The International Civil Aviation Organization’s (ICAO) panel on dangerous goods, which met in Montreal last week, rejected a ban on rechargeable lithium batteries from being carried in the belly holds of passenger aircraft. The Associated Press reported the panel vote was 11-7. The panel’s decision is a recommendation to ICAO’s air navigation bureau, which will most likely follow the recommendation.
Voting in favor of banning the potentially dangerous cargo were delegates from the United States, Russia, Brazil, China and Spain, as well as representatives for airline pilots unions and aircraft manufacturers. The Netherlands, Canada, France, Germany, Australia, Italy, United Arabs Emirates, South Korea, Japan and the United Kingdom, and IATA voted against the ban.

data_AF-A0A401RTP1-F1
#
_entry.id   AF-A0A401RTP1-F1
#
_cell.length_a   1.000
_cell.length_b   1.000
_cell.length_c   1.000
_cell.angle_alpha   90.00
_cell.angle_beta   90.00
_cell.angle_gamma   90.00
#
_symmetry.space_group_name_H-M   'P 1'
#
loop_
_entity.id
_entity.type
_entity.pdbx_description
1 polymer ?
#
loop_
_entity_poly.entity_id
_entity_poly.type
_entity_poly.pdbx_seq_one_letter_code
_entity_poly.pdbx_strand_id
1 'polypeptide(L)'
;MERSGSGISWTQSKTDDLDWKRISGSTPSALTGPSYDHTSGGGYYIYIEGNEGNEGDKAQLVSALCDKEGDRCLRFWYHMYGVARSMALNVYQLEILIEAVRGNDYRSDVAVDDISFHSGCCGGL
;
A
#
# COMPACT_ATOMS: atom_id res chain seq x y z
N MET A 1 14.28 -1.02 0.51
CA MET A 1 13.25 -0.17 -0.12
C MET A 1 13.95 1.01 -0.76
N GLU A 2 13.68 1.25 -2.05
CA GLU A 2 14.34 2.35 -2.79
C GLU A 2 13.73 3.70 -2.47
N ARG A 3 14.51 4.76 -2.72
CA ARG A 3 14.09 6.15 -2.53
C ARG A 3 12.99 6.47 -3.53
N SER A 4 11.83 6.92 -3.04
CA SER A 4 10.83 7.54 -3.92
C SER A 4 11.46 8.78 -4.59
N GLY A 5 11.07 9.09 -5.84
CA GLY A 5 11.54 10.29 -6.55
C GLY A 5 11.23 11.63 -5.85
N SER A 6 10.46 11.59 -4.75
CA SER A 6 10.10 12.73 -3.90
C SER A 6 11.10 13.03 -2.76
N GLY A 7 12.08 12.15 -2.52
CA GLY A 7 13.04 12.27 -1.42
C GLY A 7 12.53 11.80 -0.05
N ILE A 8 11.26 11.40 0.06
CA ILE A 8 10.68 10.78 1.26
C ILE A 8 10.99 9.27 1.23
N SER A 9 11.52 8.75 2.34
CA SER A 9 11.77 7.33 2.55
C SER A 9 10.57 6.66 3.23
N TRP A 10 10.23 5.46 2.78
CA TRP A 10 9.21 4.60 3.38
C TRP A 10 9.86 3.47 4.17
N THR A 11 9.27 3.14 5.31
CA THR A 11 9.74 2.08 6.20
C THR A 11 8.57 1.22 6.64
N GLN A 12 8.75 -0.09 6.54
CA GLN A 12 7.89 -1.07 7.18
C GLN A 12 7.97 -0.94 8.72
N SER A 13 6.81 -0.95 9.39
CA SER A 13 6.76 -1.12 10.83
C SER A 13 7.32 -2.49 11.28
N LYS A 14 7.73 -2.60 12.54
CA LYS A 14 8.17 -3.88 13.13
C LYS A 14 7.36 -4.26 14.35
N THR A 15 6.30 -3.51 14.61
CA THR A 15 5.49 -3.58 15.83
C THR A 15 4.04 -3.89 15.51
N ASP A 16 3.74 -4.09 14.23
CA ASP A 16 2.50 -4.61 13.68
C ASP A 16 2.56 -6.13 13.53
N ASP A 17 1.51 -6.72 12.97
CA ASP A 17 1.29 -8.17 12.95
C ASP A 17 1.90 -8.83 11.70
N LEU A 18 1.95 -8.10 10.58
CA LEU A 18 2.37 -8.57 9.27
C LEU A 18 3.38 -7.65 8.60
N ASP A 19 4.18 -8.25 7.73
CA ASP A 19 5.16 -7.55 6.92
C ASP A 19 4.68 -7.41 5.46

The high-power-to-density lithium primary and lithium-ion cells provide long-lasting, reliable energy for many of the everyday electronic items we use, but they also pack a punch. When packaged in bulk and damaged by jostling, they are often subject to a chain reaction known as thermal runaway, which can cause a fire. It appears from the vote, however, that the battery industry and companies that rely on battery shipments are more concerned about rogue shippers who don’t use proper labeling procedures, or declare what’s really in a package or pallet. Currently, shippers can bundle as many small packages of batteries as they like into a single, large container.
The panel agreed that batteries that are being shipped should only be 30 percent charged, thus reducing the risk of a fire. However, opponents of the ban argued that the decision to carry them should be left up to individual airlines.
Look for a full report about lithium batteries, the risks and possible solutions, in the November issue of Air Cargo World.